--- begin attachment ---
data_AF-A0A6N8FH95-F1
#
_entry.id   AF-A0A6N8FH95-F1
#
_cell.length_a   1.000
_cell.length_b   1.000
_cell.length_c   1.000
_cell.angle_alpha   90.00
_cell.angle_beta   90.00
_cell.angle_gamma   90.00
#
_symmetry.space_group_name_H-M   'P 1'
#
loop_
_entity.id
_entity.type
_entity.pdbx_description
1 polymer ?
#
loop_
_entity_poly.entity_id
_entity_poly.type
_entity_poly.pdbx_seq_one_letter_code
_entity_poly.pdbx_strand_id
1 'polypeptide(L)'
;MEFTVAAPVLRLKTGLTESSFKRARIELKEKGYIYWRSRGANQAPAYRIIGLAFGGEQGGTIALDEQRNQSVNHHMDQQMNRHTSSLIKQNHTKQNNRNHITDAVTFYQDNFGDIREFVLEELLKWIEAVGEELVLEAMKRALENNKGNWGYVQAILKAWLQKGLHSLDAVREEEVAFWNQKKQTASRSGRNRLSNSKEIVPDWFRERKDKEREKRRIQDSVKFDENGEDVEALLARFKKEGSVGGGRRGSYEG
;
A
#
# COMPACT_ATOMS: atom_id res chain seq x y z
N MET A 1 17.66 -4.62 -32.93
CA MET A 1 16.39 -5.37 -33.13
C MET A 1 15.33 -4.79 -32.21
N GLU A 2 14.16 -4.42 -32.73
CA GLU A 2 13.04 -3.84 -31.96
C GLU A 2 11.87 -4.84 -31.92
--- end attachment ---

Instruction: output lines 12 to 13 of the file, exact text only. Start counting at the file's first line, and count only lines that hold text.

_symmetry.space_group_name_H-M   'P 1'
#